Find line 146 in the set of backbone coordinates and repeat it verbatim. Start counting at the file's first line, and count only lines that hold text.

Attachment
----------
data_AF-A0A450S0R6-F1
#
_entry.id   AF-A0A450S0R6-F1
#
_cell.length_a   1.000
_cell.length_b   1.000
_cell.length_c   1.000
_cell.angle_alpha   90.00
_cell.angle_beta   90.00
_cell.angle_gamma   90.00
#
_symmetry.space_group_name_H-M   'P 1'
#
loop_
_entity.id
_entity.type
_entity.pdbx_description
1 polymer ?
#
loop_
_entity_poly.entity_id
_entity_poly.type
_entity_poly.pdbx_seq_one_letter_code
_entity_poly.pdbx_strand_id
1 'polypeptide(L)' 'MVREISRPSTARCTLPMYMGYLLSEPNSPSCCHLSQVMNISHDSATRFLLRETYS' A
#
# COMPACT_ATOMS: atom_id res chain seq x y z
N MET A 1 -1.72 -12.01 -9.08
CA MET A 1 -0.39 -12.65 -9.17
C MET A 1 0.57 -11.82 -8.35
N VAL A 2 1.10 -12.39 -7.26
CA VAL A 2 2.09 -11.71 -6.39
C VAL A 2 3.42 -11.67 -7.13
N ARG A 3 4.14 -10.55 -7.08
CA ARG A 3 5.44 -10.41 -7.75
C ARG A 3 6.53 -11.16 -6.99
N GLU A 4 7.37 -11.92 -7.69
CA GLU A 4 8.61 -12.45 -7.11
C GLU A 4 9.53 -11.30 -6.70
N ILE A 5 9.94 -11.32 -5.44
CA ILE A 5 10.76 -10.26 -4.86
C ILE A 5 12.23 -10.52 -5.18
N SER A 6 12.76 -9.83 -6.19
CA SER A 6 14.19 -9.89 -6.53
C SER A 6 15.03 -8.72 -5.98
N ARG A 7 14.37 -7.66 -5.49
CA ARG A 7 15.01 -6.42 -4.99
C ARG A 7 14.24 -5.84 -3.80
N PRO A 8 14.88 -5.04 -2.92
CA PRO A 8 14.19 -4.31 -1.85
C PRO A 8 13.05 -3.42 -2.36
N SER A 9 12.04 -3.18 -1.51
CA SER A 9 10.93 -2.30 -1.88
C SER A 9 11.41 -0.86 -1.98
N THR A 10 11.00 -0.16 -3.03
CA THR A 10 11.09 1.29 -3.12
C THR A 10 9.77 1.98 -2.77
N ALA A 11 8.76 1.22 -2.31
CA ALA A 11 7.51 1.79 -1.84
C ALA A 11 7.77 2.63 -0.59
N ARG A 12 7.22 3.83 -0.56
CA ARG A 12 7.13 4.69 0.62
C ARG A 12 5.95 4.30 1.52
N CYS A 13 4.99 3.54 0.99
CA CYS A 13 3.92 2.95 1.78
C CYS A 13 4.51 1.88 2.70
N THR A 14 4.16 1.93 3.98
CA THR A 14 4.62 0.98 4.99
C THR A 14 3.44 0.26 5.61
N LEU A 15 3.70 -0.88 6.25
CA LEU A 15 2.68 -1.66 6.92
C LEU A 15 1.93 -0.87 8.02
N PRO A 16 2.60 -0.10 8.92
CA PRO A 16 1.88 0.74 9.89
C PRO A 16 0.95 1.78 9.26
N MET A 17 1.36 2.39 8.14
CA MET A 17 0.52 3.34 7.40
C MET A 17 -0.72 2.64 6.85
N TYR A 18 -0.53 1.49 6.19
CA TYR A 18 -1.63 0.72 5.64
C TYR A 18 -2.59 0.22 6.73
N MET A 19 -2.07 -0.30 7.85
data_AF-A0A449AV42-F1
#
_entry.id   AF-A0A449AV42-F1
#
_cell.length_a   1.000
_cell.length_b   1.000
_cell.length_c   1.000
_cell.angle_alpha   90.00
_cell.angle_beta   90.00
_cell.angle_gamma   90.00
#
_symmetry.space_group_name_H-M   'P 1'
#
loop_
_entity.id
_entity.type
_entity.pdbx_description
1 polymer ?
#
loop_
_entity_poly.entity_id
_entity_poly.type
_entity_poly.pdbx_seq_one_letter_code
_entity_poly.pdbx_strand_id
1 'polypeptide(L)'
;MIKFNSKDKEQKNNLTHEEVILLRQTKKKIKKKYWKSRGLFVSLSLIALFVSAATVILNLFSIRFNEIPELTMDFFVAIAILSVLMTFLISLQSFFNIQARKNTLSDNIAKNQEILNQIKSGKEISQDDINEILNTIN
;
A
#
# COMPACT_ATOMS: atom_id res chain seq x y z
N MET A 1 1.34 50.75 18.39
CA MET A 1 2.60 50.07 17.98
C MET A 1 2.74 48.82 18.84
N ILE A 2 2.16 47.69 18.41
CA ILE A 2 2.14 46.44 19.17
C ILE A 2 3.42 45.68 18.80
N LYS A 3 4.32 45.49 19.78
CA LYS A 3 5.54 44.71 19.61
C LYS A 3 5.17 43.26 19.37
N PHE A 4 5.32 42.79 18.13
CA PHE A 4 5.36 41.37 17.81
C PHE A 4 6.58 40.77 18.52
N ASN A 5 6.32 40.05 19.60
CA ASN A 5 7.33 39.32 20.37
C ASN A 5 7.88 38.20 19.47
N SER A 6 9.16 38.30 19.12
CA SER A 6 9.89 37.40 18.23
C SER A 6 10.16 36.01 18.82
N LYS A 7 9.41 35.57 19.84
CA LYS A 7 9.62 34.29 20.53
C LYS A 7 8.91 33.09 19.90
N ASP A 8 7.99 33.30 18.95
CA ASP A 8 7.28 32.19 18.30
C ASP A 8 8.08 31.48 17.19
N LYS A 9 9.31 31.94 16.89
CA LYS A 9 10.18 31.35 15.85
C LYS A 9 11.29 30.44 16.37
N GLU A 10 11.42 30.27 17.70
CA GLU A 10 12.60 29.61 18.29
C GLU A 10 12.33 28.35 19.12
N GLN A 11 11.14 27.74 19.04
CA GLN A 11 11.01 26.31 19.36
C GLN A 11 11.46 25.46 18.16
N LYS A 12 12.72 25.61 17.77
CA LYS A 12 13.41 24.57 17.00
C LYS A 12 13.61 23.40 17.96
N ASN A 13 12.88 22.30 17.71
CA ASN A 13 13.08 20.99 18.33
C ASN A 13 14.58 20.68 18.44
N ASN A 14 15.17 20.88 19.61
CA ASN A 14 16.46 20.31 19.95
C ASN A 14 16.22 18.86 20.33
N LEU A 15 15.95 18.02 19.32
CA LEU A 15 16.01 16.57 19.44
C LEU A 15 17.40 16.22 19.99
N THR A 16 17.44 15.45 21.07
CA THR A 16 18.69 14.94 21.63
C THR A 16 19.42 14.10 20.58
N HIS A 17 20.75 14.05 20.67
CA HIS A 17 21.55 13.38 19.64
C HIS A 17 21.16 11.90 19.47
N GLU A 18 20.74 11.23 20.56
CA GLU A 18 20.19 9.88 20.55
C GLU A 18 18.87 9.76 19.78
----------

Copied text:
N LYS A 12 12.72 25.61 17.77